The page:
fhw.jpg"I'm Taiwanese, but I was born in Japan," begins Seigai Kou. Raised in Japan until he was about 10 years old, he grew up playing Super Mario Bros. and other Famicom games. During that time, he developed a love of video games that would stay with him through his family's return to Taiwan and propel him to seek employment in the Japanese video game industry as an adult. Now he's the CEO of Flyhigh Works, a company focused on localizing and publishing games for the Japanese digital download market.

Kou started his game industry career as a programmer before founding Flyhigh Works in April 2011, right after the big earthquake. "I always knew that I wanted to be a CEO at some point," he says. "But at first I felt like I lacked experience, so I wanted to study a bit more. Then, in 2011, I felt like the time was right. The 3DS had just come out and 3DS downloadable software was just getting started."

Downloadable software for the 3DS has been the cornerstone of Flyhigh Works' business, though they now also publish games for the Vita and are considering expanding to the PS4. Since Flyhigh Works is a small company, though, he has no plans to try to expand into packaged software. "Publishing packaged games requires a lot of money," he says, "but as long as you give it your all you can put out a downloadable game."

Flyhigh Works specializes in localizations and ports for the Japanese handheld downloadable software market. Kou says that pretty much everything they publish is either a localized game from overseas or a smartphone game that caught his eye. "This might sound a little strange, but we basically only publish games that I try and enjoy," he says. "I'm asking people to give us money for the games we're publishing, and if I don't understand what makes the game interesting, I can't explain it to them."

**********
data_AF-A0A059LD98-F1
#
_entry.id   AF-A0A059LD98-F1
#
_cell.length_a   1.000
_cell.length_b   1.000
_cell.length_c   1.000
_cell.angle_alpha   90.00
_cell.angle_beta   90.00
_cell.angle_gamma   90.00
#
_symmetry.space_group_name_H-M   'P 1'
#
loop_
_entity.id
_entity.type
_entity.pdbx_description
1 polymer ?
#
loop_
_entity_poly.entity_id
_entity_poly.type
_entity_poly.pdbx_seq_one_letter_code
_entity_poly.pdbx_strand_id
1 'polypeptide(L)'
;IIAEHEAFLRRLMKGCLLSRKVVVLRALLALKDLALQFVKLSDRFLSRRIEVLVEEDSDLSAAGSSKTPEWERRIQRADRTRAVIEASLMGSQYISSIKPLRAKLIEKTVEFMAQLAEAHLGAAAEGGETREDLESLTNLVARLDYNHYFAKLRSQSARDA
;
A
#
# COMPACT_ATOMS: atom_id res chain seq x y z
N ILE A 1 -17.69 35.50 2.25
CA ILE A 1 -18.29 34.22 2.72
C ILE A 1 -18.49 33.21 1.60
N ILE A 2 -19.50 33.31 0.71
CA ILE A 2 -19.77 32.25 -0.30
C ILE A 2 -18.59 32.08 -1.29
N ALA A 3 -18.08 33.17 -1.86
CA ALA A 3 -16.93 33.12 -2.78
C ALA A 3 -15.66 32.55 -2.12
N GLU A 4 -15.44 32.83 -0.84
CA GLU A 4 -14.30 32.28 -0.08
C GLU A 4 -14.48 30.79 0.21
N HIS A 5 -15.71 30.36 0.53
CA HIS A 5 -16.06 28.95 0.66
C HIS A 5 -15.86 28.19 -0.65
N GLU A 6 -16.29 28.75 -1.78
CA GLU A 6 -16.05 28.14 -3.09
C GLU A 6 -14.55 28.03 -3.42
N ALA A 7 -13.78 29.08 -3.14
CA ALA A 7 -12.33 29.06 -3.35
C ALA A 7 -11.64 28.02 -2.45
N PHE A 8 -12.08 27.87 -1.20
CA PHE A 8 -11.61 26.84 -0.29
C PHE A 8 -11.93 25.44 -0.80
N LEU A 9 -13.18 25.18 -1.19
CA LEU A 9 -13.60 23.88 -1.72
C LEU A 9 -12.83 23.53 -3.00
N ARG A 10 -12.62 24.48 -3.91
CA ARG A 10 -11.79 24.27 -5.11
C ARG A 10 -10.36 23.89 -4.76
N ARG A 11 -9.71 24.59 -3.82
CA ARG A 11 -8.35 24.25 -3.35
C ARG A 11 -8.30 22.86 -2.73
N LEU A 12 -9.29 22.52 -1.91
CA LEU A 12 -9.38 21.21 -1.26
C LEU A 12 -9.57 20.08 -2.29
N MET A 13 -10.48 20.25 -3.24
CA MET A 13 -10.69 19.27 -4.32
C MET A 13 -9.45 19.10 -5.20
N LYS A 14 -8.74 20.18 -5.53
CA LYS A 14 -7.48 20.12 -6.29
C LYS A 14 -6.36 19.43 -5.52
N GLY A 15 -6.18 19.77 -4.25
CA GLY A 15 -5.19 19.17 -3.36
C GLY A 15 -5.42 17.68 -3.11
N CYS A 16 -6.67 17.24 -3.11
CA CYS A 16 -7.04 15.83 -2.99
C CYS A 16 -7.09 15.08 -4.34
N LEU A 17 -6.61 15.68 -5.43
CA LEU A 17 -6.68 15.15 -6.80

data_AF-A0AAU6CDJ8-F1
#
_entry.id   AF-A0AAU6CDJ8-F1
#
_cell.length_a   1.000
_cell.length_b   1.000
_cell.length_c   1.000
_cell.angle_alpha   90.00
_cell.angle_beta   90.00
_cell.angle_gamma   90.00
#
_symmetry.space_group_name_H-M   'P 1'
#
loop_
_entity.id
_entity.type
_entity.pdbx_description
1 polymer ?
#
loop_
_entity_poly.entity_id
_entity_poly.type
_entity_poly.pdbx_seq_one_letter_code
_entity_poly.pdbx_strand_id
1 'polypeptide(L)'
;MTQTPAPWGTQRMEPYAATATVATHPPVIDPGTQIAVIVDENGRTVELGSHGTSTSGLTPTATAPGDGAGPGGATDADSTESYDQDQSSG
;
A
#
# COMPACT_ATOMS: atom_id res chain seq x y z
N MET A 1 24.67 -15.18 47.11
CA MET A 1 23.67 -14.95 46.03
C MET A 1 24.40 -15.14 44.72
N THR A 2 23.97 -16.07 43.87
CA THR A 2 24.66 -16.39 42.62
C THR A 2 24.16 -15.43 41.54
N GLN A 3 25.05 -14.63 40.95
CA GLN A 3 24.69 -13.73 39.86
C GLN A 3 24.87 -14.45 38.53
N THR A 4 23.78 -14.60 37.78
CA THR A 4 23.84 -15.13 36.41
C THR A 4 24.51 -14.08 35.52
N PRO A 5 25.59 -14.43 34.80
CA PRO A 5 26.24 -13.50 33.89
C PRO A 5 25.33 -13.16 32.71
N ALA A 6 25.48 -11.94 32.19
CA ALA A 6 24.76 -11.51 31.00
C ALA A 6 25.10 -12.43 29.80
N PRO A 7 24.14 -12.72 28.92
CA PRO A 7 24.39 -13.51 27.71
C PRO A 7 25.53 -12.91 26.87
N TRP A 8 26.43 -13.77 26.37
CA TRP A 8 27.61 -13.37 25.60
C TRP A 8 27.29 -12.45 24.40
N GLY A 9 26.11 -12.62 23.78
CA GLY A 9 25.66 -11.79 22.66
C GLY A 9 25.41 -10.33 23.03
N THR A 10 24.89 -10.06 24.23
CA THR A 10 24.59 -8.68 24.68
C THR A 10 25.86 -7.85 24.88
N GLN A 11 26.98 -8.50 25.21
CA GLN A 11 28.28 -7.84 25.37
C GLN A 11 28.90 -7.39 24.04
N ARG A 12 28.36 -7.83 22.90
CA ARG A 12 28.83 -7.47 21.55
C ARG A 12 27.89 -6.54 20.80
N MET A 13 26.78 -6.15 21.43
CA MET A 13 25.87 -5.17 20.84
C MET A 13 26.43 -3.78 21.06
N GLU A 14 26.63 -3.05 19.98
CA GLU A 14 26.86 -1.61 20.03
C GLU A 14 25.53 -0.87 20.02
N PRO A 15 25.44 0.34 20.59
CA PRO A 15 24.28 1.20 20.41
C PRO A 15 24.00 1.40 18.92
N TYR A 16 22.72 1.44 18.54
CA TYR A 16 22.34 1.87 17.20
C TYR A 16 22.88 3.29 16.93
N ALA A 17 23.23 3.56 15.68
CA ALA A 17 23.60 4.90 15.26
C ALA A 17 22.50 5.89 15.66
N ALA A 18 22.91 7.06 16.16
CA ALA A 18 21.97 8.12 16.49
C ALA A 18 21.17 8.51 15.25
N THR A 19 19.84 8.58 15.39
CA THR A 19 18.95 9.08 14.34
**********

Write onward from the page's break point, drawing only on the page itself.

This ties directly into Kou's marketing philosophy. He believes that the best PR is forming a bond of trust with customers by publishing only top quality content. "If someone becomes the fan of a company, then won't they just buy the things that company sells?" he asks. "That's what I want. If people are saying things like, 'Flyhigh Works publishes lots of hits,' word will spread and we'll gain customers' trust." Flyhigh Works is a small enough publisher that they can't afford to take out magazine ads or TV commercials for their games, but they do things like producing Japanese language trailers and spreading word via social media.

Kou is also serious about providing good localizations for the games they publish. "I myself am bilingual in Japanese and Chinese, with a little bit of English, so it's something I really care about," he says. "If a Japanese player looks at something we've translated and says, 'What is this?' then we've failed. I don't want the localization to come off like a machine translation."

Being bilingual myself, I can relate; humor is the hardest thing to translate. Culture has a big impact on what seems funny and how humor is delivered, which means jokes sometimes need to change drastically for a localization to sound natural. Kou is aware of this, but also cognizant of the need to preserve as much of the original material as possible. "A bad localization can take an interesting game and make it uninteresting," he says. "I want to do everything in our power to do it right while respecting the games we're localizing."

When asked about plans for the future expansion of Flyhigh Works, Kou made it clear that he doesn't want to stretch the company too thin. Being choosy about which games to publish has worked out so far, so he doesn't have plans to change course now. "You can see it in our booth [at Tokyo Game Show]," he says. "It's small, but packed with interesting-looking games. That's the kind of company I want Flyhigh Works to be."

Editor's note: This interview was originally conducted in Japanese.